Saturday, 31 December 2016
2016's Best Films (Part 2: 10-1)
Emma Roberts and Dave Franco's techno-thriller Nerve is a colourful package exuding excitement and intensity while ensuring it has just as much substance as style. The chemistry between the two leads is effervescent and they lead the audience through an increasingly risky game of Truth and Dare, examining the usage of mobile phones and social media in an effective way. It's refreshing to see new ideas came to the screen, bringing originality in abundance and being executed in such a successful way. The makers of Catfish have done a terrific job with Nerve and it remains one of the most underrated gems of the summer.
Nocturnal Animals is the dark, beating heart of the adult thrillers this year, with an icy sophistication and equally beautiful and brutal tone packaged neatly in Tom Ford's second directorial effort. Lead by the exquisitely captivating and compelling Amy Adams, it features some of the best editing of a film this year and excellently excels through its peculiar structuring which weaves in and out of stories seamlessly, ensuring audiences are on the very edge of their seats for the entire runtime. Blisteringly tense and feverishly absorbing, Nocturnal Animals is a cinematic art form that, if tightened a little more, could have easily have shot even further up this year end list.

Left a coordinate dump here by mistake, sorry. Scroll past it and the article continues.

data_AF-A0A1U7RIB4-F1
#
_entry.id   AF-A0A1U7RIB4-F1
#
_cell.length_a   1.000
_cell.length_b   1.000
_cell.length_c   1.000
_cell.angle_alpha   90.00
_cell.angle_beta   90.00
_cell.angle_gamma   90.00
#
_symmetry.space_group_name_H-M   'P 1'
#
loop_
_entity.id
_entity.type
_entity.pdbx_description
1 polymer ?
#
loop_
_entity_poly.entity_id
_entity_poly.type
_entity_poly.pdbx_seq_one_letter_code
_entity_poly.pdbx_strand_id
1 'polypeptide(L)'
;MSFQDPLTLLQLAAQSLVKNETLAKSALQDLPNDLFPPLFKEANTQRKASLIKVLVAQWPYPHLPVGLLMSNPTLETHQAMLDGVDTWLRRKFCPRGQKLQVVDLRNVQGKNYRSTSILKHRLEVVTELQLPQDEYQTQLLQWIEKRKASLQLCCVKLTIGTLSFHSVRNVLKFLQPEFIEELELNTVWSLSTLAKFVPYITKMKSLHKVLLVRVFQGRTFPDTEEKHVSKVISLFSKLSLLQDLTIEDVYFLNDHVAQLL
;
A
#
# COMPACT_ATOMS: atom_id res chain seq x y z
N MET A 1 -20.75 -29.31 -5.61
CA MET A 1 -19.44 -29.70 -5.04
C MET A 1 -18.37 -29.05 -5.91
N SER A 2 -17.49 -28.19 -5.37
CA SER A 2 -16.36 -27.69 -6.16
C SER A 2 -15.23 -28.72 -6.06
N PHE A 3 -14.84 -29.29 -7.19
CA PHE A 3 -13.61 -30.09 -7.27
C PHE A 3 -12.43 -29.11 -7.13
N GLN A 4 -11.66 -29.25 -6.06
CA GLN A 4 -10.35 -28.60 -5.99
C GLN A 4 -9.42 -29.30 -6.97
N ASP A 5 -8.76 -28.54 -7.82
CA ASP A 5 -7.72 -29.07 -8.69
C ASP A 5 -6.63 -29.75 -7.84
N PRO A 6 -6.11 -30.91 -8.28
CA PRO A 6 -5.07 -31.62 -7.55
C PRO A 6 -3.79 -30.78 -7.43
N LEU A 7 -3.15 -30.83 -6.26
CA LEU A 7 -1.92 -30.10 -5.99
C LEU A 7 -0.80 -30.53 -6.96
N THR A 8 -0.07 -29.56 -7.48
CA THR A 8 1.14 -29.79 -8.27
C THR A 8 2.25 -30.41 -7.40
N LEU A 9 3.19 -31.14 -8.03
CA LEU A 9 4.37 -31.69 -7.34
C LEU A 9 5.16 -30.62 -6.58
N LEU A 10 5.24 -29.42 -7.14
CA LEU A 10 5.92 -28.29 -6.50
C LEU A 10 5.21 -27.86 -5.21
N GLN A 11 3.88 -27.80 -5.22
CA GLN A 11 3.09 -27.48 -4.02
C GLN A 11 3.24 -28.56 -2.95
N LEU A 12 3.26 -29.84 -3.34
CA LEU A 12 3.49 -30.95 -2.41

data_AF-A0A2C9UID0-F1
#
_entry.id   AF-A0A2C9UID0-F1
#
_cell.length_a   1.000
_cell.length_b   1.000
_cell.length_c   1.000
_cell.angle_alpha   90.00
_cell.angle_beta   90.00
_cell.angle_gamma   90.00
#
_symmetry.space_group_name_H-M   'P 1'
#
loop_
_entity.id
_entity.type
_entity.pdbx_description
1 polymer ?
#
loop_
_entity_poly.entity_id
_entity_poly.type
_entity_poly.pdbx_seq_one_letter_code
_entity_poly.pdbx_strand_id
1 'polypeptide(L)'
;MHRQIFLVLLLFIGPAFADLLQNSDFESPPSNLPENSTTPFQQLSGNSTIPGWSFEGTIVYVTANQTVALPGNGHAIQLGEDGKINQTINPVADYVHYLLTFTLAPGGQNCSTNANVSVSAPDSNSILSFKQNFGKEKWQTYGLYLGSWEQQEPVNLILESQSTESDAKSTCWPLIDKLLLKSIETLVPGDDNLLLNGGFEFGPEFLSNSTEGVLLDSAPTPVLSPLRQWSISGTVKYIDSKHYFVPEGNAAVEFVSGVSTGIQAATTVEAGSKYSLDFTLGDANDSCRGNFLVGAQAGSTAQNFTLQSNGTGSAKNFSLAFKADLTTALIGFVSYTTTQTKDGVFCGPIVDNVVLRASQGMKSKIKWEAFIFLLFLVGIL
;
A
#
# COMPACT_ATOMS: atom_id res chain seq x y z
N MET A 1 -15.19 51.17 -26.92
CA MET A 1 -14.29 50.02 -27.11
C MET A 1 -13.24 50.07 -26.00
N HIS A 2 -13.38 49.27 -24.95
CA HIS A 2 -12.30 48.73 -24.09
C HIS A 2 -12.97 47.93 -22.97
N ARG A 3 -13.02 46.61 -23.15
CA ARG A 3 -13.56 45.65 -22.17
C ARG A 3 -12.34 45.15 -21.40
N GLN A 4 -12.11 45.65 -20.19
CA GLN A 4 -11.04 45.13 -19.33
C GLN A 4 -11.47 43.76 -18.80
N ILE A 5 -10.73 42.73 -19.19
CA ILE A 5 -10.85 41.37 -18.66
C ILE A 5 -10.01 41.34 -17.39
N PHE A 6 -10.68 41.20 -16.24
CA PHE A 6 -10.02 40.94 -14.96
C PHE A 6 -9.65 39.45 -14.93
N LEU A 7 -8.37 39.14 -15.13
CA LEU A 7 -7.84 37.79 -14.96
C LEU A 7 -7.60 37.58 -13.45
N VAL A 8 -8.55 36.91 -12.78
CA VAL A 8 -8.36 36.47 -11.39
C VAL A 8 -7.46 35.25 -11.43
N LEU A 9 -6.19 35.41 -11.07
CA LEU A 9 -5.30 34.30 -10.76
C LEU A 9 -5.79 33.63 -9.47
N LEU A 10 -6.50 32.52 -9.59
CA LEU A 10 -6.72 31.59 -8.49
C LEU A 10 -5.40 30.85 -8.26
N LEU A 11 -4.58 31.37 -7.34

Another film getting more love from me than anyone else is The Girl On The Train, pulling in at number eight. With a sensational lead performance from Emily Blunt, the suspenseful trail followed a similar path to 2014's Gone Girl (a best-selling novel, esteemed cast and director, soaring expectations) disappointed most, but to me it was an intense, suspenseful and totally captivating tale exploring dark thematic material that makes it a nail-biting ride. It's excellent and unpredictable structure ensure momentum builds towards the final reveal and reflects the unreliability of Rachel, the lead protagonist/antagonist. Audiences are kept in the dark regarding who can be trusted and the film succeeds because of this cloud of mystery that hangs over the thrilling film.